Thus.8 symbolic significance relevant to the ancient appearance of Venus and her role as a fertility goddess. Yet. It is the image of the god or goddess. it is the reason the term “ark” was applied to the most sacred object in Judaism. It was applied to the conveyance that bore tablets containing the Ten Commandments and other artifacts of the Exodus. sitting in a celestial boat. the more elaborate. a practice that had deep religious significance in antiquity has come to be a mere fashion statement today. Such is the dilution of the original concepts and practices over time. Thus. the Easter parade is a modern counterpart of this ancient practice. stout poles that could be borne by several carriers. The Easter parade Parading up and down the streets. the ancients moved from one strategically sited temple location to another to re-enact the mythical movements of their deity in the heavens anciently. outliving. carrying an effigy of the god or goddess upon their shoulders. the themes persist in our cultural traditions. It is for this reason that we apply the term “float” to our modern version of these icons that move along city streets in modern parades. anything that enhanced the gender specific attributes of a woman was employed to demonstrate her procreative role. Once again. yet accurate. the Ark of the Covenant. . the knowledge and understanding they were meant to convey. Thus. imitating her essential aspects. that we commonly see in ancient Egyptian art. Indeed. Additionally. our culture maintains the practices or traditions instigated in Earth’s ancient skies with no concept or grasp of their origins or original meanings. They were originally boats. so calling them floats is natural. by far. the duplication of the symbols/appearance — because the symbols of the goddess were representations of what she looked like in Earth’s ancient heavens — the greater the identification of the individual with the mother goddess. carried on long. In many cultures — especially the Egyptian — these portable shrines were set in replicas of boats.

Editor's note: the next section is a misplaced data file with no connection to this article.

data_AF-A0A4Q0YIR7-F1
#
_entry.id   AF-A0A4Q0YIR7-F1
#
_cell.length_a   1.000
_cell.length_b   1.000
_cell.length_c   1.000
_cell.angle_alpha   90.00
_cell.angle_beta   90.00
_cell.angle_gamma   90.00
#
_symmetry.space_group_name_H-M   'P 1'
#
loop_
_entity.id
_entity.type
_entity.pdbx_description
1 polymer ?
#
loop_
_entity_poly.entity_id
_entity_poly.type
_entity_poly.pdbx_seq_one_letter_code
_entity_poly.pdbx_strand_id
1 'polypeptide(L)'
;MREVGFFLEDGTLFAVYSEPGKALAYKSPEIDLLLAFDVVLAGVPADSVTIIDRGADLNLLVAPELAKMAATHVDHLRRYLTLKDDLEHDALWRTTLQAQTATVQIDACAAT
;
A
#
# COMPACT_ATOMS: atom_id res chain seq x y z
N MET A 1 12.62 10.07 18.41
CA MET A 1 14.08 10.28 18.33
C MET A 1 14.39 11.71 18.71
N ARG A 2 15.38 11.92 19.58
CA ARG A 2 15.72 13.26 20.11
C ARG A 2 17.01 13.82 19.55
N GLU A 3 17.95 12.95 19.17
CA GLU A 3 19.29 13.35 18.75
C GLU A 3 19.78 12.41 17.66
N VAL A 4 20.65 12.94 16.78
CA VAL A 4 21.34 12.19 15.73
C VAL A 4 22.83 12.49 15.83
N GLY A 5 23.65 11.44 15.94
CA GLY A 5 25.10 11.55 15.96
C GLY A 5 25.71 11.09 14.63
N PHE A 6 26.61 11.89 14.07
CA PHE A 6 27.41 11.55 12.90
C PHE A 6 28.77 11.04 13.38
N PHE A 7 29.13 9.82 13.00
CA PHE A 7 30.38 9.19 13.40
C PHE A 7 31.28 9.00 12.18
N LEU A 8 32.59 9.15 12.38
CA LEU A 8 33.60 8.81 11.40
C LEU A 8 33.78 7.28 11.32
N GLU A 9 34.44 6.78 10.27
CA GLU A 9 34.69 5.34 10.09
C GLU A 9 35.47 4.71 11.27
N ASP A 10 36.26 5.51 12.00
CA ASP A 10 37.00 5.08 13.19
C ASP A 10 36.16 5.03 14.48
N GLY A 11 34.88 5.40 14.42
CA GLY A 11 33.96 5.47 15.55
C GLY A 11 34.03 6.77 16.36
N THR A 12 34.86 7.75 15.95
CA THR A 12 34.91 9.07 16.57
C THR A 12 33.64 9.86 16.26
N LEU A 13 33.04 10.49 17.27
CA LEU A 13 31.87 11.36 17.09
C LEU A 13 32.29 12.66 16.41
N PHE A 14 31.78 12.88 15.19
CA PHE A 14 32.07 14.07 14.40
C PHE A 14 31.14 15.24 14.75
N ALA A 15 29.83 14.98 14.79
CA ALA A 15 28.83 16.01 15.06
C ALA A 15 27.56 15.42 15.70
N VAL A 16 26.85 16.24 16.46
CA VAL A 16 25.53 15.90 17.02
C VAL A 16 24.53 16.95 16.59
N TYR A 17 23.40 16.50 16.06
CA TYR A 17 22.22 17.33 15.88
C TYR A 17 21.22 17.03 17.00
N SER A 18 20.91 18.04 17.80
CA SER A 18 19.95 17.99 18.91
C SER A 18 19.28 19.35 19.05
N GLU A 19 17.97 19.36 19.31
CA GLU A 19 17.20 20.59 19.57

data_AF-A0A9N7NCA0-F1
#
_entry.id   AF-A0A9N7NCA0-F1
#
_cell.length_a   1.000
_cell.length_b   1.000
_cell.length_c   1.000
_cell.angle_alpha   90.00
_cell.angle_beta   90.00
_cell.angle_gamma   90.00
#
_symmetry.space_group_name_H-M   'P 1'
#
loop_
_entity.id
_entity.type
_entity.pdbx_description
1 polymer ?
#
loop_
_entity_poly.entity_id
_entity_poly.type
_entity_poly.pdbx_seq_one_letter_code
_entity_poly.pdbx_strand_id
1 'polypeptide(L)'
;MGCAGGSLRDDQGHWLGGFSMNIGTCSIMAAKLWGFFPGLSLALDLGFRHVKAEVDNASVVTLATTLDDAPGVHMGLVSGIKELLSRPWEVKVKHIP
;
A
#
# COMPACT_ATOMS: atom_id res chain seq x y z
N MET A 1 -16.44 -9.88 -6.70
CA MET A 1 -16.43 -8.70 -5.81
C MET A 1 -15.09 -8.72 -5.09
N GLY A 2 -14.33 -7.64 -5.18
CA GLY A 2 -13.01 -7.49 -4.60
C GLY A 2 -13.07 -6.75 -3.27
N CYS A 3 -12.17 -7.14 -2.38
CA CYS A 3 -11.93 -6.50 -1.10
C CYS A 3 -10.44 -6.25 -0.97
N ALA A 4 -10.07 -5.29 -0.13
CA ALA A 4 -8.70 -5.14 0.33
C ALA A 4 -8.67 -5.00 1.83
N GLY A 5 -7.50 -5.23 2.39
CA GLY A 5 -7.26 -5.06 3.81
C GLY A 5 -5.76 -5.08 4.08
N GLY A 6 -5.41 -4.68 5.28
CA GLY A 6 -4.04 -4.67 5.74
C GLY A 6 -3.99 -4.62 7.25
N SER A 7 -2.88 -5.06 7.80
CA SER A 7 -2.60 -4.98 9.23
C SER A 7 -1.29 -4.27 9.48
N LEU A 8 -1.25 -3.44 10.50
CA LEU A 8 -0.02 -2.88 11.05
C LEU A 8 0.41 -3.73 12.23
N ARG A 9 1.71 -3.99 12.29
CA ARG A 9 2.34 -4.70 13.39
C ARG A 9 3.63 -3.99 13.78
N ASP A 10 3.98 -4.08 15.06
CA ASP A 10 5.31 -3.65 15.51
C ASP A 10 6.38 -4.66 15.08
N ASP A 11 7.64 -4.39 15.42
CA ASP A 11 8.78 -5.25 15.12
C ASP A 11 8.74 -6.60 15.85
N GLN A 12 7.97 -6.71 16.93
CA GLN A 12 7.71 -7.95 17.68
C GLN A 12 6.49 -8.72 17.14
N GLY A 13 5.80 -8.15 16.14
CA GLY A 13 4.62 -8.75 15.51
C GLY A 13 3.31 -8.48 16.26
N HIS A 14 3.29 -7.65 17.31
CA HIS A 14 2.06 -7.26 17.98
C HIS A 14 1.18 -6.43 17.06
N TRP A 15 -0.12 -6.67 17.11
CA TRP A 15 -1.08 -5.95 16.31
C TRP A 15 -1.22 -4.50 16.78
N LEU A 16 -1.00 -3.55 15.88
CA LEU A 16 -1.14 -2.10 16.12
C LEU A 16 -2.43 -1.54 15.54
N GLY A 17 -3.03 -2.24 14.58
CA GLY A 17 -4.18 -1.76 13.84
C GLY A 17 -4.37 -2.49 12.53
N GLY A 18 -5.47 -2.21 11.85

Sadly. our temples and our scriptures are filled with the evidence from the past of their true cosmological nature. too. Yet. who seem so determined to avoid any suggestion of paganism or cultism in their religions. yet it should not be so. fail to recognize the astral traditions in our culture and religion.com .com/ For online classes. our traditions. have enthusiastically embraced the paganism of Easter. Joseph Smith and the prophets that succeeded him sought to connect us to our ancient past and the traditions handed down through cultural transmission. videos. modern Christians. we Saints discarded our understanding of these things in favor of the Christianized customs and practices of the American culture. Latter-day Saints.com/ Your questions or comments are welcome: anthonyelarson@gmail. like our Christian cousins. newsletters and published books exploring this material in depth: http://www. who vociferously denounce the paganism of Christmas and Mormons as cultists.blogspot. For more essays from this series: http://mormonprophecy.9 Christian hypocrisy Ironically.mormonprophecy.